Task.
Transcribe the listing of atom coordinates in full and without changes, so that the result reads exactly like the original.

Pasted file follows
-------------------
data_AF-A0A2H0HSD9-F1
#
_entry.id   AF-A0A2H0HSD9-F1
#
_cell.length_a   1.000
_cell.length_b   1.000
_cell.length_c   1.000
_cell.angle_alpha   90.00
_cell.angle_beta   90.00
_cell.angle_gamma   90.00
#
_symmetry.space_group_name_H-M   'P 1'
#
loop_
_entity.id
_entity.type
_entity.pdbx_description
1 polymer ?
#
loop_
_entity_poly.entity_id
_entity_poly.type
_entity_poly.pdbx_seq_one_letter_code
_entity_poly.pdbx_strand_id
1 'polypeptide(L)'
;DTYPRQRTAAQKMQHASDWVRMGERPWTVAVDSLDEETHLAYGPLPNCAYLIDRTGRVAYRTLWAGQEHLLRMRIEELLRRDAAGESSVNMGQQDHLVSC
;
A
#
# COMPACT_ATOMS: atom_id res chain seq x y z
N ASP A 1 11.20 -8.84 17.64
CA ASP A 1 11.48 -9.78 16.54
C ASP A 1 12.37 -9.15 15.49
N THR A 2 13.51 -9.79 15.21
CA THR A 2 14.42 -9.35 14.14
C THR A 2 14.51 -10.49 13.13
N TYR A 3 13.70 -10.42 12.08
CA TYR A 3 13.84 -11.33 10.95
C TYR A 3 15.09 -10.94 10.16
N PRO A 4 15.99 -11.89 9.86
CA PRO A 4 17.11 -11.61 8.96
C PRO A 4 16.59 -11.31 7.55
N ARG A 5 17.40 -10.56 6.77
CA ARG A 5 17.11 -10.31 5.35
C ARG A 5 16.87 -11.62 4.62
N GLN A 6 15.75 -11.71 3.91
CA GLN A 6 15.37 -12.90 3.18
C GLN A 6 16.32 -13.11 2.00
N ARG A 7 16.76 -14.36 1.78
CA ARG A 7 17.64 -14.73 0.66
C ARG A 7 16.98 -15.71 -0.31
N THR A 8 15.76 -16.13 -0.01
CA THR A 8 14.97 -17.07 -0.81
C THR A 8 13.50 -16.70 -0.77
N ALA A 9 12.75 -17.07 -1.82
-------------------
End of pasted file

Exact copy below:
data_AF-A0A2H0HSD9-F1
#
_entry.id   AF-A0A2H0HSD9-F1
#
_cell.length_a   1.000
_cell.length_b   1.000
_cell.length_c   1.000
_cell.angle_alpha   90.00
_cell.angle_beta   90.00
_cell.angle_gamma   90.00
#
_symmetry.space_group_name_H-M   'P 1'
#
loop_
_entity.id
_entity.type
_entity.pdbx_description
1 polymer ?
#
loop_
_entity_poly.entity_id
_entity_poly.type
_entity_poly.pdbx_seq_one_letter_code
_entity_poly.pdbx_strand_id
1 'polypeptide(L)'
;DTYPRQRTAAQKMQHASDWVRMGERPWTVAVDSLDEETHLAYGPLPNCAYLIDRTGRVAYRTLWAGQEHLLRMRIEELLRRDAAGESSVNMGQQDHLVSC
;
A
#
# COMPACT_ATOMS: atom_id res chain seq x y z
N ASP A 1 11.20 -8.84 17.64
CA ASP A 1 11.48 -9.78 16.54
C ASP A 1 12.37 -9.15 15.49
N THR A 2 13.51 -9.79 15.21
CA THR A 2 14.42 -9.35 14.14
C THR A 2 14.51 -10.49 13.13
N TYR A 3 13.70 -10.42 12.08
CA TYR A 3 13.84 -11.33 10.95
C TYR A 3 15.09 -10.94 10.16
N PRO A 4 15.99 -11.89 9.86
CA PRO A 4 17.11 -11.61 8.96
C PRO A 4 16.59 -11.31 7.55
N ARG A 5 17.40 -10.56 6.77
CA ARG A 5 17.11 -10.31 5.35
C ARG A 5 16.87 -11.62 4.62
N GLN A 6 15.75 -11.71 3.91
CA GLN A 6 15.37 -12.90 3.18
C GLN A 6 16.32 -13.11 2.00
N ARG A 7 16.76 -14.36 1.78
CA ARG A 7 17.64 -14.73 0.66
C ARG A 7 16.98 -15.71 -0.31
N THR A 8 15.76 -16.13 -0.01
CA THR A 8 14.97 -17.07 -0.81
C THR A 8 13.50 -16.70 -0.77
N ALA A 9 12.75 -17.07 -1.82